THE GLOBAL 3D PRINTING INDUSTRY will be worth $7.5bn (£4.42bn) in just four years, research firm Futuresource Consulting has predicted, as additive manufacturing moves beyond the world of rapid prototyping and towards consumer adoption.
As 3D printing becomes a more widely-recognised technology by the day and gains a more prominent position in industry, people are beginning to realise the technology is capable of much more than resolving first-world problems, such as fancy custom kitchen utensils or lamp shades.
"3D printing has the potential to disrupt so many aspects of the current imaging and output ecosystem," said Futuresource Consulting head of print and imaging Matt Marshall. "From physical supply chain intermediaries to retail outlets serving the growing consumer boom for 3D object production, right through to vertical sectors such as medical and aviation, where 3D production is already registering a massive impact."
Futuresource Consulting believes the "skyrocket" in 3D printing is due to the masses beginning to understand how 3D printing has the potential to revolutionise manufacturing by creating sophisticated products without the need for labour-intensive factories. An example of this is the idea of larger 3D printers, which can build complex parts for vehicles. For instance, Airbus recently integrated 3D printing technology to make titanium parts for planes and ultimately aims to produce full scale aeroplanes from the ground up.
"As a result, we're seeing a multitude of machine manufacturers, scanner manufacturers, designers, content owners, retailers, assembly plants, [intellectual property] authorities and innovators, all exploring the possibilities and assessing whether 3D printing will complement or compete with traditional manufacturing," added Marshall.
The coming years are set to be pivotal, with Futuresource forecasting that the global 3D printing industry will be worth about $7.5bn, or £4.42bn by 2018.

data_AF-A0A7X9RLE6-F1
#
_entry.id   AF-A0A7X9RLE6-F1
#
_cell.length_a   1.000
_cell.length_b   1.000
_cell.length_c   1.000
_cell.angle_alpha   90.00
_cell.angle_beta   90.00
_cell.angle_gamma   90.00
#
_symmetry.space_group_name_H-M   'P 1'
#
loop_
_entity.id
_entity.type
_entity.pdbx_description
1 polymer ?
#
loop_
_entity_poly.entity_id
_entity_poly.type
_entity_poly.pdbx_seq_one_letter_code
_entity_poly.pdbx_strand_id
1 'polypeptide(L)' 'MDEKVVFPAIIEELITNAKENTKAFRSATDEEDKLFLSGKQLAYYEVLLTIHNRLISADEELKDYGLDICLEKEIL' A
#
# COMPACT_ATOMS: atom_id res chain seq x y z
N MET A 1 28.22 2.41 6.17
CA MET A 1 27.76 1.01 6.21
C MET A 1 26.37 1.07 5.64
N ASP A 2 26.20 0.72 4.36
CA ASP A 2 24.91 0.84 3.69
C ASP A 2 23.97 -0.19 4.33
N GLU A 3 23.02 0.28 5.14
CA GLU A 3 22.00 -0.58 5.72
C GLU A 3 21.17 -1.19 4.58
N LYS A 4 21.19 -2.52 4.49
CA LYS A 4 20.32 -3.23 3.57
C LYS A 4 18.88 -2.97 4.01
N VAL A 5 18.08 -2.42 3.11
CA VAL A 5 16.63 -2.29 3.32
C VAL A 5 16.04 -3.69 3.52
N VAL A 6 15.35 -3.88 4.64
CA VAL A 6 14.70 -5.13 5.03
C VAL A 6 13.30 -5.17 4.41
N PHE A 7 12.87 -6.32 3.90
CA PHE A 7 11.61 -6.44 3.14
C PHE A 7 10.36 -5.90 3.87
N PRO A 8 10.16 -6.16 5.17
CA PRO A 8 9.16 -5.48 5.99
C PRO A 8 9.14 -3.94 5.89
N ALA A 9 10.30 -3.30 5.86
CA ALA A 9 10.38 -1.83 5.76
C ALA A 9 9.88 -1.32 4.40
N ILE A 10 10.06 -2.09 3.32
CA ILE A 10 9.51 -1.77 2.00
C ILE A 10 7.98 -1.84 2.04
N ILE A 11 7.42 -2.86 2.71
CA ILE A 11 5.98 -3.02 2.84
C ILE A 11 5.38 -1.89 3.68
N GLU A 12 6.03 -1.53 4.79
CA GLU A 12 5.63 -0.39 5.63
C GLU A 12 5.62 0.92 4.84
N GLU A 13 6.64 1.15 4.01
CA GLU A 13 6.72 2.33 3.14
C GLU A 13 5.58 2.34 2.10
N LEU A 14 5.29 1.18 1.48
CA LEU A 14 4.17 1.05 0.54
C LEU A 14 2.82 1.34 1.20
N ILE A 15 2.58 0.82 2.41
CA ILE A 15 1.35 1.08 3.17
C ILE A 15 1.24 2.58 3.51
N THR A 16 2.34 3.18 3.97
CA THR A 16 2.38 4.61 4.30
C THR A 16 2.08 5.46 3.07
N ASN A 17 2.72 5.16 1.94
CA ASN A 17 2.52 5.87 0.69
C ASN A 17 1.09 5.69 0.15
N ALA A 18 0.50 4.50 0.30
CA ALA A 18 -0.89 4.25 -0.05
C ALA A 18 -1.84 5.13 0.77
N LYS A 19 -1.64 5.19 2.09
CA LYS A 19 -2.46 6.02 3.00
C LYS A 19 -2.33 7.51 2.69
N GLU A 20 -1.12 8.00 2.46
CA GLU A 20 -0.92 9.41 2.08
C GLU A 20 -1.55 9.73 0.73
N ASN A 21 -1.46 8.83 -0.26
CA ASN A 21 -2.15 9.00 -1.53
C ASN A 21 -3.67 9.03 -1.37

"With mainstream imaging players such as Hewlett Packard, Ricoh and Samsung expected to enter the market in the near future, the category continues to exhibit its dynamism with huge growth in acquisition expected - growing from a meagre 78,000 unit sales globally in 2013 to over one million units in 2018 there is massive revenue potential for participants throughout the 3D printing ecosystem," Futuresource said.
However, there are always going to be both good and bad sides to any technological innovation that hits the mainstream. Some industry watchers predict that wide-scale rollout of the technology could decimate the cargo industry, as the need for long distance transportion would be greatly reduced.
There are also concerns that 3D printing could complicate the rules involved with copyright infringement, as it opens the ability for anyone to print a product by downloading the CAD design templates.
Earlier this month, it was announced that BMW is offering workers at its Munich car plant 3D printed prosthetic "super thumbs" to reduce stress on their joints.
The thumbs, which are made of thermoplastic polyurethane (TPU), are custom made by scanning each worker's hand with a mobile hand scanner and then 3D printing the result layer by layer, producing a perfect second skin that combines safety and comfort. µ